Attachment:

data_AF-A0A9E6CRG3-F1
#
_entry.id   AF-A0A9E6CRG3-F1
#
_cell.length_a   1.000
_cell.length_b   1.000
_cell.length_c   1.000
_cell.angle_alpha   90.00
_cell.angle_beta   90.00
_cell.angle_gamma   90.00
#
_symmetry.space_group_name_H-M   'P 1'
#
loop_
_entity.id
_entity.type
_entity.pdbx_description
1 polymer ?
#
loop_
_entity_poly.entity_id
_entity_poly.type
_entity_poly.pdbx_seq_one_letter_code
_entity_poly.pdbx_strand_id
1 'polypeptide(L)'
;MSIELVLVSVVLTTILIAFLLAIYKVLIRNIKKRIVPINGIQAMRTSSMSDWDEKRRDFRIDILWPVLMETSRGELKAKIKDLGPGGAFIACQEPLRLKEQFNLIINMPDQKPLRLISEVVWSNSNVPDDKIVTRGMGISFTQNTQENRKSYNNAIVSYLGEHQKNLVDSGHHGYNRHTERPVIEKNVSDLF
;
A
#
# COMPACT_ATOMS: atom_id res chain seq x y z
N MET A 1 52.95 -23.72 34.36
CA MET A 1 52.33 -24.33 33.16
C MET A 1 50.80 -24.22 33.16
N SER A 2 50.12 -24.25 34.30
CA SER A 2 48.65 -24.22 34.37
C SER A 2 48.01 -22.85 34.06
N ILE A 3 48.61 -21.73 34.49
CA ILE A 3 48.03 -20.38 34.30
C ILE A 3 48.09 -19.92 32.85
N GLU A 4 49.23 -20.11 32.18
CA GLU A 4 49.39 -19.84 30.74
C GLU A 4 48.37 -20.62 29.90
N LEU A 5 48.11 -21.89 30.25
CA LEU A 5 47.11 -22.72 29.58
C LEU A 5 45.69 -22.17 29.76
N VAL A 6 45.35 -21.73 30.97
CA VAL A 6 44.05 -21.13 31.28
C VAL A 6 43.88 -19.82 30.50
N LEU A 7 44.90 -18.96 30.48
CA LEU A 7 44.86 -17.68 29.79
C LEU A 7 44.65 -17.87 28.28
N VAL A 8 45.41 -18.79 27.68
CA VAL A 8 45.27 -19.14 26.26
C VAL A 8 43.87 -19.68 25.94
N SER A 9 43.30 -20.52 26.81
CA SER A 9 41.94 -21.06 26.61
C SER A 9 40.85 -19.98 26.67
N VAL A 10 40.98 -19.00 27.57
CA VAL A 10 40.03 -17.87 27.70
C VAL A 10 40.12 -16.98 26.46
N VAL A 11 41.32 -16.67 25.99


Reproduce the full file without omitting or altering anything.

data_AF-A0A9E6CRG3-F1
#
_entry.id   AF-A0A9E6CRG3-F1
#
_cell.length_a   1.000
_cell.length_b   1.000
_cell.length_c   1.000
_cell.angle_alpha   90.00
_cell.angle_beta   90.00
_cell.angle_gamma   90.00
#
_symmetry.space_group_name_H-M   'P 1'
#
loop_
_entity.id
_entity.type
_entity.pdbx_description
1 polymer ?
#
loop_
_entity_poly.entity_id
_entity_poly.type
_entity_poly.pdbx_seq_one_letter_code
_entity_poly.pdbx_strand_id
1 'polypeptide(L)'
;MSIELVLVSVVLTTILIAFLLAIYKVLIRNIKKRIVPINGIQAMRTSSMSDWDEKRRDFRIDILWPVLMETSRGELKAKIKDLGPGGAFIACQEPLRLKEQFNLIINMPDQKPLRLISEVVWSNSNVPDDKIVTRGMGISFTQNTQENRKSYNNAIVSYLGEHQKNLVDSGHHGYNRHTERPVIEKNVSDLF
;
A
#
# COMPACT_ATOMS: atom_id res chain seq x y z
N MET A 1 52.95 -23.72 34.36
CA MET A 1 52.33 -24.33 33.16
C MET A 1 50.80 -24.22 33.16
N SER A 2 50.12 -24.25 34.30
CA SER A 2 48.65 -24.22 34.37
C SER A 2 48.01 -22.85 34.06
N ILE A 3 48.61 -21.73 34.49
CA ILE A 3 48.03 -20.38 34.30
C ILE A 3 48.09 -19.92 32.85
N GLU A 4 49.23 -20.11 32.18
CA GLU A 4 49.39 -19.84 30.74
C GLU A 4 48.37 -20.62 29.90
N LEU A 5 48.11 -21.89 30.25
CA LEU A 5 47.11 -22.72 29.58
C LEU A 5 45.69 -22.17 29.76
N VAL A 6 45.35 -21.73 30.97
CA VAL A 6 44.05 -21.13 31.28
C VAL A 6 43.88 -19.82 30.50
N LEU A 7 44.90 -18.96 30.48
CA LEU A 7 44.86 -17.68 29.79
C LEU A 7 44.65 -17.87 28.28
N VAL A 8 45.41 -18.79 27.68
CA VAL A 8 45.27 -19.14 26.26
C VAL A 8 43.87 -19.68 25.94
N SER A 9 43.30 -20.52 26.81
CA SER A 9 41.94 -21.06 26.61
C SER A 9 40.85 -19.98 26.67
N VAL A 10 40.98 -19.00 27.57
CA VAL A 10 40.03 -17.87 27.70
C VAL A 10 40.12 -16.98 26.46
N VAL A 11 41.32 -16.67 25.99